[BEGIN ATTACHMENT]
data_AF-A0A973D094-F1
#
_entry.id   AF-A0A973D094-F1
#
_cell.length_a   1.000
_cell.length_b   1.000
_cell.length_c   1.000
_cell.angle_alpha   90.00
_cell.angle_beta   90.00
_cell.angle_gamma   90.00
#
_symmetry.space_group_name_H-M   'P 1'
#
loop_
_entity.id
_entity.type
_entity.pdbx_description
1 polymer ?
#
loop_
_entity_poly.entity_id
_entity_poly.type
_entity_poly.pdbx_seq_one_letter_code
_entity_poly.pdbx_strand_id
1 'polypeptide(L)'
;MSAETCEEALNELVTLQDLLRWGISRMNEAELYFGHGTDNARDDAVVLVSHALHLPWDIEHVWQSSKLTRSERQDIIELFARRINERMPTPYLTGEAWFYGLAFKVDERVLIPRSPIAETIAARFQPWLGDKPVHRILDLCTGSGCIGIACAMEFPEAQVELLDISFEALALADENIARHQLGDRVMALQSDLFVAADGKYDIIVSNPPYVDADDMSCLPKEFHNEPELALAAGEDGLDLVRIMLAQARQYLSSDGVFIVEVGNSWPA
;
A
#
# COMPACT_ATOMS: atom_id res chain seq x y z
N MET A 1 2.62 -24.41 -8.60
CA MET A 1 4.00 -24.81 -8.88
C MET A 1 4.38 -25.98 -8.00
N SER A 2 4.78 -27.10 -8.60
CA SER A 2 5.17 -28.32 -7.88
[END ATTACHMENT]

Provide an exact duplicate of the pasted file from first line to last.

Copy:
data_AF-A0A973D094-F1
#
_entry.id   AF-A0A973D094-F1
#
_cell.length_a   1.000
_cell.length_b   1.000
_cell.length_c   1.000
_cell.angle_alpha   90.00
_cell.angle_beta   90.00
_cell.angle_gamma   90.00
#
_symmetry.space_group_name_H-M   'P 1'
#
loop_
_entity.id
_entity.type
_entity.pdbx_description
1 polymer ?
#
loop_
_entity_poly.entity_id
_entity_poly.type
_entity_poly.pdbx_seq_one_letter_code
_entity_poly.pdbx_strand_id
1 'polypeptide(L)'
;MSAETCEEALNELVTLQDLLRWGISRMNEAELYFGHGTDNARDDAVVLVSHALHLPWDIEHVWQSSKLTRSERQDIIELFARRINERMPTPYLTGEAWFYGLAFKVDERVLIPRSPIAETIAARFQPWLGDKPVHRILDLCTGSGCIGIACAMEFPEAQVELLDISFEALALADENIARHQLGDRVMALQSDLFVAADGKYDIIVSNPPYVDADDMSCLPKEFHNEPELALAAGEDGLDLVRIMLAQARQYLSSDGVFIVEVGNSWPA
;
A
#
# COMPACT_ATOMS: atom_id res chain seq x y z
N MET A 1 2.62 -24.41 -8.60
CA MET A 1 4.00 -24.81 -8.88
C MET A 1 4.38 -25.98 -8.00
N SER A 2 4.78 -27.10 -8.60
CA SER A 2 5.17 -28.32 -7.88